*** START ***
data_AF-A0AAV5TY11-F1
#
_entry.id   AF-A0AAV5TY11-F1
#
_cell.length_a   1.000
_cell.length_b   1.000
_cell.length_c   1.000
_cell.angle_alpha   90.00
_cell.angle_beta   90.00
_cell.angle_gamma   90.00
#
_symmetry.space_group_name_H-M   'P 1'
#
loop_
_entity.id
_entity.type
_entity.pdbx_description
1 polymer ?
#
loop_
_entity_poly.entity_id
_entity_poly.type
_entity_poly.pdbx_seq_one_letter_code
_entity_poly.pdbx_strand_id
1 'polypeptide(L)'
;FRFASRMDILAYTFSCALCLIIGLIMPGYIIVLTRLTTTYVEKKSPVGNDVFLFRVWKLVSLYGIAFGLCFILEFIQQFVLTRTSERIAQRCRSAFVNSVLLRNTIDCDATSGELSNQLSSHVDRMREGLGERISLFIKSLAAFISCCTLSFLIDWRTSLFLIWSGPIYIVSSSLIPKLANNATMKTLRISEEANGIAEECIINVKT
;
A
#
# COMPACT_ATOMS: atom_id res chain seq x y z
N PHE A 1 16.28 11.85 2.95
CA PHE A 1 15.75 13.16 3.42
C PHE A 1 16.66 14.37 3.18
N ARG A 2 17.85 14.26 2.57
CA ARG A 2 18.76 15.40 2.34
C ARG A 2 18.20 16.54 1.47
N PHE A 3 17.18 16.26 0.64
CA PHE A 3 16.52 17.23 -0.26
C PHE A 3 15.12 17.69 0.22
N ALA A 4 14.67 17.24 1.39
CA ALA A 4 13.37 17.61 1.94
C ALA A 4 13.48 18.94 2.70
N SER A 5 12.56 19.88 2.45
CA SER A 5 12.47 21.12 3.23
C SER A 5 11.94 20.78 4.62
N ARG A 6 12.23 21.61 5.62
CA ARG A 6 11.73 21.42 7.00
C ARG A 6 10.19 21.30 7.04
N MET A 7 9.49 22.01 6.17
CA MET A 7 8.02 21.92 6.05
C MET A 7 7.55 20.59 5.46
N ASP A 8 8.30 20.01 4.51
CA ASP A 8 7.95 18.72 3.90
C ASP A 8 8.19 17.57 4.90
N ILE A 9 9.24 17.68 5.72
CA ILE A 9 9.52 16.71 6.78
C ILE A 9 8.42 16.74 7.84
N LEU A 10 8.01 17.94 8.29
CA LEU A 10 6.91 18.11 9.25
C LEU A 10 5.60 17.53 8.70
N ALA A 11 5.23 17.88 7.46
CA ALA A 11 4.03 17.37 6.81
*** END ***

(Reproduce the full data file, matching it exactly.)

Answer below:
data_AF-A0AAV5TY11-F1
#
_entry.id   AF-A0AAV5TY11-F1
#
_cell.length_a   1.000
_cell.length_b   1.000
_cell.length_c   1.000
_cell.angle_alpha   90.00
_cell.angle_beta   90.00
_cell.angle_gamma   90.00
#
_symmetry.space_group_name_H-M   'P 1'
#
loop_
_entity.id
_entity.type
_entity.pdbx_description
1 polymer ?
#
loop_
_entity_poly.entity_id
_entity_poly.type
_entity_poly.pdbx_seq_one_letter_code
_entity_poly.pdbx_strand_id
1 'polypeptide(L)'
;FRFASRMDILAYTFSCALCLIIGLIMPGYIIVLTRLTTTYVEKKSPVGNDVFLFRVWKLVSLYGIAFGLCFILEFIQQFVLTRTSERIAQRCRSAFVNSVLLRNTIDCDATSGELSNQLSSHVDRMREGLGERISLFIKSLAAFISCCTLSFLIDWRTSLFLIWSGPIYIVSSSLIPKLANNATMKTLRISEEANGIAEECIINVKT
;
A
#
# COMPACT_ATOMS: atom_id res chain seq x y z
N PHE A 1 16.28 11.85 2.95
CA PHE A 1 15.75 13.16 3.42
C PHE A 1 16.66 14.37 3.18
N ARG A 2 17.85 14.26 2.57
CA ARG A 2 18.76 15.40 2.34
C ARG A 2 18.20 16.54 1.47
N PHE A 3 17.18 16.26 0.64
CA PHE A 3 16.52 17.23 -0.26
C PHE A 3 15.12 17.69 0.22
N ALA A 4 14.67 17.24 1.39
CA ALA A 4 13.37 17.61 1.94
C ALA A 4 13.48 18.94 2.70
N SER A 5 12.56 19.88 2.45
CA SER A 5 12.47 21.12 3.23
C SER A 5 11.94 20.78 4.62
N ARG A 6 12.23 21.61 5.62
CA ARG A 6 11.73 21.42 7.00
C ARG A 6 10.19 21.30 7.04
N MET A 7 9.49 22.01 6.17
CA MET A 7 8.02 21.92 6.05
C MET A 7 7.55 20.59 5.46
N ASP A 8 8.30 20.01 4.51
CA ASP A 8 7.95 18.72 3.90
C ASP A 8 8.19 17.57 4.90
N ILE A 9 9.24 17.68 5.72
CA ILE A 9 9.52 16.71 6.78
C ILE A 9 8.42 16.74 7.84
N LEU A 10 8.01 17.94 8.29
CA LEU A 10 6.91 18.11 9.25
C LEU A 10 5.60 17.53 8.70
N ALA A 11 5.23 17.88 7.46
CA ALA A 11 4.03 17.37 6.81